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Jamestown Chef Matthew MacCartney Nominated for Food & Wine Award

Tuesday, March 25, 2014

 

Jamestown Fish Executive Chef and Partner Matthew MacCartney

Food & Wine magazine has nominated Jamestown Fish Executive Chef and Partner Matthew MacCartney to participate in The People’s Best New Chef award contest. The People’s Best New Chef program is an annual contest now in its fourth year. The award, an extension of the Food & Wine Best New Chefs award, honors talented up-and-coming innovators who have run their own kitchens for fewer than five years.

The field of 100 nominees for The People’s Best New Chef includes 10 chefs in 10 regions across America. The chef with the most votes in each region will be named a finalist; the finalist with the most votes overall will be named The People’s Best New Chef.

To vote for Chef MacCartney, click here. Voting is currently underway and continues through 5pm on Monday, March 31. The finalists and winner will be revealed on April 2 online at foodandwine.com.

An impressive résumé

MacCartney has been with Jamestown Fish since its inception in December 2011. Jamestown Fish is a casually elegant Rhode Island restaurant serving a European inspired seafood based cuisine. In 2012 and 2013, Jamestown Fish won the Wine Spectator Award of Excellence, Rhode Island Monthly’s Best of Rhode Island in 2012, and numerous OpenTable Diners’ Choice awards.

MacCartney has worked in the dining rooms and kitchens of New York’s finest establishments, such as Restaurant Daniel, Gramercy Tavern, and Craft. He opened Craft in 2001 as the Beverage Director and was voted Best Wine Director in 2003 by the readers of Time Out NY magazine.

Early in his career, MacCartney worked in European kitchens that included Michel Guérard, a Michelin three star restaurant in France, and the world renowned Cibrèo in Florence, Italy.

MacCartney earned his B.T. in Hospitality Management/Culinary Arts from NYC College of Technology and studied at the Birmingham College of Food, Tourism & Creative Studies in Birmingham, England. He also earned a Level 4 Diploma in Wine and Spirits from the Wine and Spirit Education Trust in 2002, and in 2008 was published in Wine & Spirits magazine.

A main voice in the culinary world for more than three decades, Food & Wine is considered an authority on the best of what’s new in food, drink, travel, design and entertaining.

 

Related Slideshow: 5 New Food Trends to Try in 2014

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Upscale Chefs go "Downscale"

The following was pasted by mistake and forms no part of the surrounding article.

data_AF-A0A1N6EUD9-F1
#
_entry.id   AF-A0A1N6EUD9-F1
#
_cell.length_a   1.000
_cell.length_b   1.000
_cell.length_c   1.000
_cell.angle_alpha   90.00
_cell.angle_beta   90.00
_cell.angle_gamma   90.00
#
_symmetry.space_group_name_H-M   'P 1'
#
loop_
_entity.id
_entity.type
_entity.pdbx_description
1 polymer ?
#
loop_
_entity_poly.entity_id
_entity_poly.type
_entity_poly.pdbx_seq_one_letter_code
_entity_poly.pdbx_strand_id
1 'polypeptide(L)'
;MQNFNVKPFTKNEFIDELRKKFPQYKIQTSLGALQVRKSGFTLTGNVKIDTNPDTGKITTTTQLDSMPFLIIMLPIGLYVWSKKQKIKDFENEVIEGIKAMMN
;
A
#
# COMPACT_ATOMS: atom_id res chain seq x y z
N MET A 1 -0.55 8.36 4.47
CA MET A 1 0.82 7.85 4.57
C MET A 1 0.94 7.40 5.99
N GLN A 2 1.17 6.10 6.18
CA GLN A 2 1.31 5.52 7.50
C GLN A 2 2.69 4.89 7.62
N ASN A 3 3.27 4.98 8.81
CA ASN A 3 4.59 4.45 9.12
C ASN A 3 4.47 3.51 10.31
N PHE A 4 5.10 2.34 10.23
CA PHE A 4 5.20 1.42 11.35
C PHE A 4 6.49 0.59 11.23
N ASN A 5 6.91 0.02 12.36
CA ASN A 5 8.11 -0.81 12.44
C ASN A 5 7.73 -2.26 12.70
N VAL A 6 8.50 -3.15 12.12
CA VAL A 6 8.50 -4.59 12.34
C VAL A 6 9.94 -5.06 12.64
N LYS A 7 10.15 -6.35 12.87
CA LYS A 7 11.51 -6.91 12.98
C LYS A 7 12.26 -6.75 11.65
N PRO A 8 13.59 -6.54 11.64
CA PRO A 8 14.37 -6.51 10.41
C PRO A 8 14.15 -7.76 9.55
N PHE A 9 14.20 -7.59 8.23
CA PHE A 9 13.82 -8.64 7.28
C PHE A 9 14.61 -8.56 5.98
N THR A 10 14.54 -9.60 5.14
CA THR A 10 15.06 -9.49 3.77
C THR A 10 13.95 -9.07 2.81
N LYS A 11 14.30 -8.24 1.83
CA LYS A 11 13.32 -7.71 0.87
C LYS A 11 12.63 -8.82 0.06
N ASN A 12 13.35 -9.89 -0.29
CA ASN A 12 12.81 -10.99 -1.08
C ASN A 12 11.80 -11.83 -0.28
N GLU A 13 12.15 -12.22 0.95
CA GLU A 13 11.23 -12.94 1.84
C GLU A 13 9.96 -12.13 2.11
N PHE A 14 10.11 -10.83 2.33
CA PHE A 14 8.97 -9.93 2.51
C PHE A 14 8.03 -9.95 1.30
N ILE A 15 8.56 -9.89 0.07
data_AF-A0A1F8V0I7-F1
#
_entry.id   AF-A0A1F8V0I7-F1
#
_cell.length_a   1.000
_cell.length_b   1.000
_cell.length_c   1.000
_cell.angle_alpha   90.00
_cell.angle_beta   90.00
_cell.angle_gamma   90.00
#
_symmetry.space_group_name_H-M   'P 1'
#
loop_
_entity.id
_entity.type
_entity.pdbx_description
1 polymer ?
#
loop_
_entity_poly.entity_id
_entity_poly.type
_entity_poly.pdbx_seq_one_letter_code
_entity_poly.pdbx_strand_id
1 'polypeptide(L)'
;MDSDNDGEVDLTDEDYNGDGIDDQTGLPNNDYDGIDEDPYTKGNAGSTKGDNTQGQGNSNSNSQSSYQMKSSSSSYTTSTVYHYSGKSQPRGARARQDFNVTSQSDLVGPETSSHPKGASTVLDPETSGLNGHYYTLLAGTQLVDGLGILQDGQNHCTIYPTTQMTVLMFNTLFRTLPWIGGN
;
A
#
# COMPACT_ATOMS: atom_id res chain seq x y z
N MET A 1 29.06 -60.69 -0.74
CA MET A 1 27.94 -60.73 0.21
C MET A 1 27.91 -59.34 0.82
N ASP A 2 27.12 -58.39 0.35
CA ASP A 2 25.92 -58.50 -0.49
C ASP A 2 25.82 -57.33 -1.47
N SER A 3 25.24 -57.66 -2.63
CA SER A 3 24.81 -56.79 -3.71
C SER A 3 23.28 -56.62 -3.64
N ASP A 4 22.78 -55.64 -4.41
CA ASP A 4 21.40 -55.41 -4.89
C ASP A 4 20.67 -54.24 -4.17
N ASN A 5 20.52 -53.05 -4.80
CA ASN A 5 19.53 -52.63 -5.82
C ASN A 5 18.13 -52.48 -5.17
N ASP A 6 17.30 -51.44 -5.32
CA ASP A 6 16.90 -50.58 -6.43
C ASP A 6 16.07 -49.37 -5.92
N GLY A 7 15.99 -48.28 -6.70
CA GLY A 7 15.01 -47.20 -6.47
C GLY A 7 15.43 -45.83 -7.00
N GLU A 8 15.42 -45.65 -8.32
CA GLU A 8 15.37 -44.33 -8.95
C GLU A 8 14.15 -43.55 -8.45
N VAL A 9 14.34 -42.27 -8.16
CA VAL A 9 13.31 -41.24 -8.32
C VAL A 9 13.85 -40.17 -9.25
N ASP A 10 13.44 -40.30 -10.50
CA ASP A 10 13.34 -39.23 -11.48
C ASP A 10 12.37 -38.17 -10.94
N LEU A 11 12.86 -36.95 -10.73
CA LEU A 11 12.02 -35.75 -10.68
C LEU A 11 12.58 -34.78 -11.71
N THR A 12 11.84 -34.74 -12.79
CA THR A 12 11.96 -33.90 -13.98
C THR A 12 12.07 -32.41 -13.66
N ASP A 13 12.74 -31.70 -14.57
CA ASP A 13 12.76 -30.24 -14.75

It's an incredible expense of time and money to be among the best chefs around. All of those high-end ingredients cost an arm and leg and the pressure to stay on top is enormous. Most cooks began learning at the feet of their older relatives--moms and dads; grandmas and grandpas. It's this food that calls them back. We see local Chef Jake Rojas rejoice in dropping the tweezers and cooking those SoCal family recipes he grew up eating. Local faves Thames Street Kitchen embarked on a burger concept this year and Providence icon Chez Pascal has its "Wurst Window" serving homemade sausage and comfort food. They're upscale food is wonderful, but this might be their best!

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Vietnamese as the "Go-To" Asian Cuisine

Every year it seems as though America "discovers" a new Asian country's food and gets hooked. This year it's the foods of Vietnam. Vietnamese food and ingredients have been a part of local Asian food for years now, but this time it stands on its own. Vietnam's food is highlighted by fresh, simple ingredients treated respectfully and flavorfully. Broths and noodles; lightly cooked meats and fresh vegetables all combine in a balanced meal. Locally we love Pho Horn in Pawtucket and Minh Hai in Cranston. Both are very good local versions of this wonderful cuisine.

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Fishy Fish

Look...here's the problem with us Americans: we only eat the mild stuff. The muscle meat. It's chicken breast and tenderloin and striped bass filets. The problem with this style of eating is what it does to our ecosystem. Local fishermen used to be able to catch a bounty of swordfish BETWEEN the mainland and Block Island, now it's a day's trip to find them. Local chefs and fishermen are working diligently to bring back the mackerel and the sardine and the scup. Fish we have long since forgotten, but helped our forefathers thrive. Check out any of our top-notch "farm to table" spots--Persimmon in Bristol or Farmstead in Providence for example--to try a forgotten yet delicious fish.

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Micro-Distilleries

As with most things food and beverage, the last 10 years have seen a move towards "smaller is better". Big box stores are gone and chain restaurants are suffering locally. It was only a matter of time until these ideas began making their way into our cocktails and boy are we psyched to see what the future holds. Locally we have Sons of Liberty in South Kingstown, producing small-batch whiskey, single malts and, even vodka. Our state features Coastal Extreme Brewery which makes Thomas Tew rum along with their Newport Storm beer. We've only gotten back into the distilling business here in Rhode Island in 2006 but we think tasty things are coming soon!

 
 

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